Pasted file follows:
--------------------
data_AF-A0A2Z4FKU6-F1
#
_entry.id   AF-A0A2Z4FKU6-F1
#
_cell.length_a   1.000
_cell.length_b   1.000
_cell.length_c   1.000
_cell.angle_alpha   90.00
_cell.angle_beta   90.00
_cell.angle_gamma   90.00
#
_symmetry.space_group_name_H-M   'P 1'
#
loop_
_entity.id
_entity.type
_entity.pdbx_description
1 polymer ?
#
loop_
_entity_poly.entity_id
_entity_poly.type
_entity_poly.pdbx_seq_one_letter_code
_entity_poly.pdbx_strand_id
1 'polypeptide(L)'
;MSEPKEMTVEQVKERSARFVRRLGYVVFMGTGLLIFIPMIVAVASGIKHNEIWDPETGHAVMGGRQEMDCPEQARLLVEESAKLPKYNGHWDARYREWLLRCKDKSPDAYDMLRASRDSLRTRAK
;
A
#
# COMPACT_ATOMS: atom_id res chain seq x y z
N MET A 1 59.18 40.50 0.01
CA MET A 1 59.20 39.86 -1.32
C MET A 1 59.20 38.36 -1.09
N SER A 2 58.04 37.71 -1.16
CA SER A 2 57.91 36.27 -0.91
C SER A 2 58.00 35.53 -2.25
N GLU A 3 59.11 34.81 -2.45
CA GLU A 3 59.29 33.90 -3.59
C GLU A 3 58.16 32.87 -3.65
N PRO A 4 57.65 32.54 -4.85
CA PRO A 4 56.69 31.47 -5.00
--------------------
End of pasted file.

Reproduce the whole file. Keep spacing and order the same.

data_AF-A0A2Z4FKU6-F1
#
_entry.id   AF-A0A2Z4FKU6-F1
#
_cell.length_a   1.000
_cell.length_b   1.000
_cell.length_c   1.000
_cell.angle_alpha   90.00
_cell.angle_beta   90.00
_cell.angle_gamma   90.00
#
_symmetry.space_group_name_H-M   'P 1'
#
loop_
_entity.id
_entity.type
_entity.pdbx_description
1 polymer ?
#
loop_
_entity_poly.entity_id
_entity_poly.type
_entity_poly.pdbx_seq_one_letter_code
_entity_poly.pdbx_strand_id
1 'polypeptide(L)'
;MSEPKEMTVEQVKERSARFVRRLGYVVFMGTGLLIFIPMIVAVASGIKHNEIWDPETGHAVMGGRQEMDCPEQARLLVEESAKLPKYNGHWDARYREWLLRCKDKSPDAYDMLRASRDSLRTRAK
;
A
#
# COMPACT_ATOMS: atom_id res chain seq x y z
N MET A 1 59.18 40.50 0.01
CA MET A 1 59.20 39.86 -1.32
C MET A 1 59.20 38.36 -1.09
N SER A 2 58.04 37.71 -1.16
CA SER A 2 57.91 36.27 -0.91
C SER A 2 58.00 35.53 -2.25
N GLU A 3 59.11 34.81 -2.45
CA GLU A 3 59.29 33.90 -3.59
C GLU A 3 58.16 32.87 -3.65
N PRO A 4 57.65 32.54 -4.85
CA PRO A 4 56.69 31.47 -5.00